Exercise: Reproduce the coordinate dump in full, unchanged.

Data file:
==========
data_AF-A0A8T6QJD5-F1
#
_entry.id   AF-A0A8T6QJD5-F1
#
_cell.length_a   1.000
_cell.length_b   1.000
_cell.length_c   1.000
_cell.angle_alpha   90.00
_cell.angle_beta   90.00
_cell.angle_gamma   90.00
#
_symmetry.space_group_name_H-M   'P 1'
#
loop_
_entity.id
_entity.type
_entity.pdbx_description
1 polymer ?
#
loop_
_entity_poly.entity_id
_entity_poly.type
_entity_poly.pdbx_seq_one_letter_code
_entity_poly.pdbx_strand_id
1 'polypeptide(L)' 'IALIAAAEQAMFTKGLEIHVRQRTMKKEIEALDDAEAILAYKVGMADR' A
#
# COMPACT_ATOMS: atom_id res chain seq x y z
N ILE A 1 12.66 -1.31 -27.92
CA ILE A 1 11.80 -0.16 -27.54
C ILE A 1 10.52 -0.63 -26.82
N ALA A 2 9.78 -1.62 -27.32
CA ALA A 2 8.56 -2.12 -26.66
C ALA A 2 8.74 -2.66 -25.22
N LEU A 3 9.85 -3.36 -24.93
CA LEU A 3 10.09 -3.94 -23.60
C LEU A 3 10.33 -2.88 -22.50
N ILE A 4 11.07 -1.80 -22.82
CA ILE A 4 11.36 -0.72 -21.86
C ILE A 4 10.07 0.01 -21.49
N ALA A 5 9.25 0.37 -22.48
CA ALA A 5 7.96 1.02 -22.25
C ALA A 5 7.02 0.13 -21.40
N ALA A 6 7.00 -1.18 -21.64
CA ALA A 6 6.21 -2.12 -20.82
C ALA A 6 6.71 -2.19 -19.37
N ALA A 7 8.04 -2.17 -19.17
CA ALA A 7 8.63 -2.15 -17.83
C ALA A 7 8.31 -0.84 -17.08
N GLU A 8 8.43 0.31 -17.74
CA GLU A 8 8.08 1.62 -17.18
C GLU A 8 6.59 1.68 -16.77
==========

data_AF-A0A8T6QJD5-F1
#
_entry.id   AF-A0A8T6QJD5-F1
#
_cell.length_a   1.000
_cell.length_b   1.000
_cell.length_c   1.000
_cell.angle_alpha   90.00
_cell.angle_beta   90.00
_cell.angle_gamma   90.00
#
_symmetry.space_group_name_H-M   'P 1'
#
loop_
_entity.id
_entity.type
_entity.pdbx_description
1 polymer ?
#
loop_
_entity_poly.entity_id
_entity_poly.type
_entity_poly.pdbx_seq_one_letter_code
_entity_poly.pdbx_strand_id
1 'polypeptide(L)' 'IALIAAAEQAMFTKGLEIHVRQRTMKKEIEALDDAEAILAYKVGMADR' A
#
# COMPACT_ATOMS: atom_id res chain seq x y z
N ILE A 1 12.66 -1.31 -27.92
CA ILE A 1 11.80 -0.16 -27.54
C ILE A 1 10.52 -0.63 -26.82
N ALA A 2 9.78 -1.62 -27.32
CA ALA A 2 8.56 -2.12 -26.66
C ALA A 2 8.74 -2.66 -25.22
N LEU A 3 9.85 -3.36 -24.93
CA LEU A 3 10.09 -3.94 -23.60
C LEU A 3 10.33 -2.88 -22.50
N ILE A 4 11.07 -1.80 -22.82
CA ILE A 4 11.36 -0.72 -21.86
C ILE A 4 10.07 0.01 -21.49
N ALA A 5 9.25 0.37 -22.48
CA ALA A 5 7.96 1.02 -22.25
C ALA A 5 7.02 0.13 -21.40
N ALA A 6 7.00 -1.18 -21.64
CA ALA A 6 6.21 -2.12 -20.82
C ALA A 6 6.71 -2.19 -19.37
N ALA A 7 8.04 -2.17 -19.17
CA ALA A 7 8.63 -2.15 -17.83
C ALA A 7 8.31 -0.84 -17.08
N GLU A 8 8.43 0.31 -17.74
CA GLU A 8 8.08 1.62 -17.18
C GLU A 8 6.59 1.68 -16.77